Resisting Rebellion: The History and Politics of Counterinsurgency

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University Press of Kentucky, 2006 - History - 351 pages
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In Resisting Rebellion, Anthony James Joes explores insurgencies ranging across five continents and spanning more than two centuries. Analyzing examples from North and South America, Europe, Africa, and the Middle East, he identifies recurrent patterns and offers useful lessons for future policymakers. Insurgencies arise from many sources of discontent, including foreign occupation, fraudulent elections, and religious persecution, but they also stem from ethnic hostilities, the aspirations of would-be elites, and traditions of political violence. Because insurgency is as much a political phenomenon as a military one, effective counterinsurgency requires a thorough understanding of the insurgents' motives and sources of support. Clear political aims must guide military action if a counterinsurgency is to be successful and prepare a lasting reconciliation within a deeply fragmented society. The most successful counterinsurgency campaign undertaken by the United States was the one against Philippine insurgents following the Spanish-American War. But even more instructive than successful counterinsurgencies are the persistent patterns of errors revealed by Joes's comparative study. Instances include the indiscriminate destructiveness displayed by the Japanese in China and the Soviets in Afghanistan, and the torture of suspected Muslim terrorists by members of the French Army in Algeria. Joes's comprehensive twofold approach to counterinsurgency is easily applied to the U.S. The first element, developing the strategic basis for victory, emphasizes creating a peaceful path to the redress of legitimate grievances, committing sufficient troops to the counterinsurgent operation, and isolating the conflict area from outside aid. The second element aims at marginalizing the insurgents and includes fair conduct toward civilians and prisoners, systematic intelligence gathering, depriving insurgents of weapons and food, separating insurgent leaders from their followers, and offering amnesty to all but the most incorrigible. Providing valuable insights into a world of conflict, Resisting Rebellion is a thorough and readable exploration of successes and failures in counterinsurgency's long history and a strategy for the future.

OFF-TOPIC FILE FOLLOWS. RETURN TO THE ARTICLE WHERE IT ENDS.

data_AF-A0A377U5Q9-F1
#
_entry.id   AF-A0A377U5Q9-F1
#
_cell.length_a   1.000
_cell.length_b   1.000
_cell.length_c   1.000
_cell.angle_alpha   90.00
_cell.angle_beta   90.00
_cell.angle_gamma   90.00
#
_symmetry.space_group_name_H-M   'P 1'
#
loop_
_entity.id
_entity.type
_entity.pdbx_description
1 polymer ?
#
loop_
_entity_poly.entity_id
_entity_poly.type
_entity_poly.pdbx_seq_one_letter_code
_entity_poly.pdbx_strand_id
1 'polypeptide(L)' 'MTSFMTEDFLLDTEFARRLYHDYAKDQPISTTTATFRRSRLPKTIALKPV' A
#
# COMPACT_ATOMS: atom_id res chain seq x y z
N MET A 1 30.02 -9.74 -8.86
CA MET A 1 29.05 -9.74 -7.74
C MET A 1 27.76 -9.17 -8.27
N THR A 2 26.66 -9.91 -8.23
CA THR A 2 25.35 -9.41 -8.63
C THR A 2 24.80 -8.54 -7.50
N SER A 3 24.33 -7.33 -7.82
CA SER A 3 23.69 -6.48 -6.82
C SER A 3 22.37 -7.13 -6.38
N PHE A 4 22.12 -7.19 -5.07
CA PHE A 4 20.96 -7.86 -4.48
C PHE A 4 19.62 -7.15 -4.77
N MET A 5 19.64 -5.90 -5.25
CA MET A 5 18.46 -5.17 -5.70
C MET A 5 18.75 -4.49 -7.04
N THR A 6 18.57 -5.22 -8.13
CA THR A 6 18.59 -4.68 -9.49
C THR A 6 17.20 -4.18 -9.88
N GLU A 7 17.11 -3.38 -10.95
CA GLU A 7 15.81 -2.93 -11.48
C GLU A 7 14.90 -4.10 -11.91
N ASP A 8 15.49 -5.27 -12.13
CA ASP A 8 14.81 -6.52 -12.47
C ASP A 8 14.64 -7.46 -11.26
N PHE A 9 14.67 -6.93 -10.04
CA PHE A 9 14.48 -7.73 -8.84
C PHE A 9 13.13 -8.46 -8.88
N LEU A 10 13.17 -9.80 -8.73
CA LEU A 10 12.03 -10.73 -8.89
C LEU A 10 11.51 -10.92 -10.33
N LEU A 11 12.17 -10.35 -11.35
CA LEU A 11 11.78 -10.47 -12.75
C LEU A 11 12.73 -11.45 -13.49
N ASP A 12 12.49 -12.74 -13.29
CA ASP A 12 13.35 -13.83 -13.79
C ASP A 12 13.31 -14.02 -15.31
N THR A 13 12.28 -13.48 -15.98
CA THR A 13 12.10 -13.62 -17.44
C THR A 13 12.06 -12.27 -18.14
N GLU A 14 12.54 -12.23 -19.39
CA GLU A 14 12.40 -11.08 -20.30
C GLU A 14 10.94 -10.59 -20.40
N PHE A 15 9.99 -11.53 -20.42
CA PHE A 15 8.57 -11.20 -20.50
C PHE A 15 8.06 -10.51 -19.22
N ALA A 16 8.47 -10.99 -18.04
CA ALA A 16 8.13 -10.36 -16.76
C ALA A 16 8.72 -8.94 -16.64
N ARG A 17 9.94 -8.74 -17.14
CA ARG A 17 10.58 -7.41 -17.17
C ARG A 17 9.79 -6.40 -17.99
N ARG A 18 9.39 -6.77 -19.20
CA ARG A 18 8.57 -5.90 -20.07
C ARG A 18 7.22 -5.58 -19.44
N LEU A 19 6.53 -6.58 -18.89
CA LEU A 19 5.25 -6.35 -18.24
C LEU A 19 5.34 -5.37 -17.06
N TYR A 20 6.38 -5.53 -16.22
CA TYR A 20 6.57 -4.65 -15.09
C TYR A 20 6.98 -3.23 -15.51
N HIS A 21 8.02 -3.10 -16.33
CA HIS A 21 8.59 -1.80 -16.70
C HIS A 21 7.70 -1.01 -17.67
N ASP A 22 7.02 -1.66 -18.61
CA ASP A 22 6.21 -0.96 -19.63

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Contents

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Page 7 - Despite the many recent attempts to psychologize the study of revolution by introducing ideas of anxiety, alienation, rising expectations, and the like, and to sociologize it by employing notions of disequilibrium, role conflict, structural strain, and so on, the factors which hold up under close scrutiny are, on the whole, political ones. The structure of power, alternative conceptions of justice, the organization of coercion, the conduct of war, the formation of coalitions, the legitimacy of the...
Page 8 - For to win one hundred victories in one hundred battles is not the acme of skill.

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About the author (2006)

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Anthony James Joes, professor of political science at St. Joseph's University, is the author of America and Guerrilla Warfare and many other books.

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